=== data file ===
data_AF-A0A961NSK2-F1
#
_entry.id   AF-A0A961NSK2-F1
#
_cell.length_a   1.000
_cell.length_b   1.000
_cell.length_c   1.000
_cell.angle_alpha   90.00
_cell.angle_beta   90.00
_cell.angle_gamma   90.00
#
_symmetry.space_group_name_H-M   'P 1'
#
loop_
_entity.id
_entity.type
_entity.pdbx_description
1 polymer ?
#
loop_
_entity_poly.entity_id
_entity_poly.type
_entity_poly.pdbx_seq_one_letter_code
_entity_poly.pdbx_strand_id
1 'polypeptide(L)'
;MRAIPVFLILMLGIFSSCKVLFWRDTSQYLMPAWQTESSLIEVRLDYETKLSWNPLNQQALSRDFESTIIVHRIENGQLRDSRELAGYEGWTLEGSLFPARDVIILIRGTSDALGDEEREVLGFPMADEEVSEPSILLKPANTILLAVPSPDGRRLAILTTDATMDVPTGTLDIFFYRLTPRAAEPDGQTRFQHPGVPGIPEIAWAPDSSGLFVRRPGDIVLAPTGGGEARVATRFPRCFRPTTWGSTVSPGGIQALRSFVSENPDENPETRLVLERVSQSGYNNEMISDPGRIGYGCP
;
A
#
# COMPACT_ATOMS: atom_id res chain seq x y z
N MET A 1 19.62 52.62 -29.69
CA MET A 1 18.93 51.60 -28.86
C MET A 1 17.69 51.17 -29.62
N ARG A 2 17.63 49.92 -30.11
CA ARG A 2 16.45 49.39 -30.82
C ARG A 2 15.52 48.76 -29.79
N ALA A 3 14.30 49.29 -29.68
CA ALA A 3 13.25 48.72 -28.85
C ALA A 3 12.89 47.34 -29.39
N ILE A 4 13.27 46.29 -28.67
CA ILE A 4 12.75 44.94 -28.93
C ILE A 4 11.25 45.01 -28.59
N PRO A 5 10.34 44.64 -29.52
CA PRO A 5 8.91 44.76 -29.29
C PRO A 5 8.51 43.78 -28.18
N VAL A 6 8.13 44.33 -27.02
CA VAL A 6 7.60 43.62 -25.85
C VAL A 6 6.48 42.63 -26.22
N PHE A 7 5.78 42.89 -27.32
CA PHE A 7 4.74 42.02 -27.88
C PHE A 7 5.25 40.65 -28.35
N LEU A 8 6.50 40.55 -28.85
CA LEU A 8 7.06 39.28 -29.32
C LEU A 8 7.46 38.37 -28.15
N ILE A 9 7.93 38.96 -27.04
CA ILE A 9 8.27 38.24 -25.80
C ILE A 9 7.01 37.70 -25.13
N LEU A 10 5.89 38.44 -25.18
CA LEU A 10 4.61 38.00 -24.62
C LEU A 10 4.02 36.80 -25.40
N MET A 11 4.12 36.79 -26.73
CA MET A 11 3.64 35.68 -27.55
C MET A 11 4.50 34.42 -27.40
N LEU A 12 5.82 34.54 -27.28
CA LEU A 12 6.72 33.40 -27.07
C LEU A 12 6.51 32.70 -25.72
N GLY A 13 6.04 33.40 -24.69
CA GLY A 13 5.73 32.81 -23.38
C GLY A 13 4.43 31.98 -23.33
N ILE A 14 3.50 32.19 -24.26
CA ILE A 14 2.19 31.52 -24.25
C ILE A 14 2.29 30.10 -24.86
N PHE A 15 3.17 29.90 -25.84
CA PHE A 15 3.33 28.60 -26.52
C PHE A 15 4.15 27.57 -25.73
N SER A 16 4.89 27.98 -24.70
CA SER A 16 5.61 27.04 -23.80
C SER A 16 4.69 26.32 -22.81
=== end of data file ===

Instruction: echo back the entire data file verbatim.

data_AF-A0A961NSK2-F1
#
_entry.id   AF-A0A961NSK2-F1
#
_cell.length_a   1.000
_cell.length_b   1.000
_cell.length_c   1.000
_cell.angle_alpha   90.00
_cell.angle_beta   90.00
_cell.angle_gamma   90.00
#
_symmetry.space_group_name_H-M   'P 1'
#
loop_
_entity.id
_entity.type
_entity.pdbx_description
1 polymer ?
#
loop_
_entity_poly.entity_id
_entity_poly.type
_entity_poly.pdbx_seq_one_letter_code
_entity_poly.pdbx_strand_id
1 'polypeptide(L)'
;MRAIPVFLILMLGIFSSCKVLFWRDTSQYLMPAWQTESSLIEVRLDYETKLSWNPLNQQALSRDFESTIIVHRIENGQLRDSRELAGYEGWTLEGSLFPARDVIILIRGTSDALGDEEREVLGFPMADEEVSEPSILLKPANTILLAVPSPDGRRLAILTTDATMDVPTGTLDIFFYRLTPRAAEPDGQTRFQHPGVPGIPEIAWAPDSSGLFVRRPGDIVLAPTGGGEARVATRFPRCFRPTTWGSTVSPGGIQALRSFVSENPDENPETRLVLERVSQSGYNNEMISDPGRIGYGCP
;
A
#
# COMPACT_ATOMS: atom_id res chain seq x y z
N MET A 1 19.62 52.62 -29.69
CA MET A 1 18.93 51.60 -28.86
C MET A 1 17.69 51.17 -29.62
N ARG A 2 17.63 49.92 -30.11
CA ARG A 2 16.45 49.39 -30.82
C ARG A 2 15.52 48.76 -29.79
N ALA A 3 14.30 49.29 -29.68
CA ALA A 3 13.25 48.72 -28.85
C ALA A 3 12.89 47.34 -29.39
N ILE A 4 13.27 46.29 -28.67
CA ILE A 4 12.75 44.94 -28.93
C ILE A 4 11.25 45.01 -28.59
N PRO A 5 10.34 44.64 -29.52
CA PRO A 5 8.91 44.76 -29.29
C PRO A 5 8.51 43.78 -28.18
N VAL A 6 8.13 44.33 -27.02
CA VAL A 6 7.60 43.62 -25.85
C VAL A 6 6.48 42.63 -26.22
N PHE A 7 5.78 42.89 -27.32
CA PHE A 7 4.74 42.02 -27.88
C PHE A 7 5.25 40.65 -28.35
N LEU A 8 6.50 40.55 -28.85
CA LEU A 8 7.06 39.28 -29.32
C LEU A 8 7.46 38.37 -28.15
N ILE A 9 7.93 38.96 -27.04
CA ILE A 9 8.27 38.24 -25.80
C ILE A 9 7.01 37.70 -25.13
N LEU A 10 5.89 38.44 -25.18
CA LEU A 10 4.61 38.00 -24.62
C LEU A 10 4.02 36.80 -25.40
N MET A 11 4.12 36.79 -26.73
CA MET A 11 3.64 35.68 -27.55
C MET A 11 4.50 34.42 -27.40
N LEU A 12 5.82 34.54 -27.28
CA LEU A 12 6.72 33.40 -27.07
C LEU A 12 6.51 32.70 -25.72
N GLY A 13 6.04 33.40 -24.69
CA GLY A 13 5.73 32.81 -23.38
C GLY A 13 4.43 31.98 -23.33
N ILE A 14 3.50 32.19 -24.26
CA ILE A 14 2.19 31.52 -24.25
C ILE A 14 2.29 30.10 -24.86
N PHE A 15 3.17 29.90 -25.84
CA PHE A 15 3.33 28.60 -26.52
C PHE A 15 4.15 27.57 -25.73
N SER A 16 4.89 27.98 -24.70
CA SER A 16 5.61 27.04 -23.80
C SER A 16 4.69 26.32 -22.81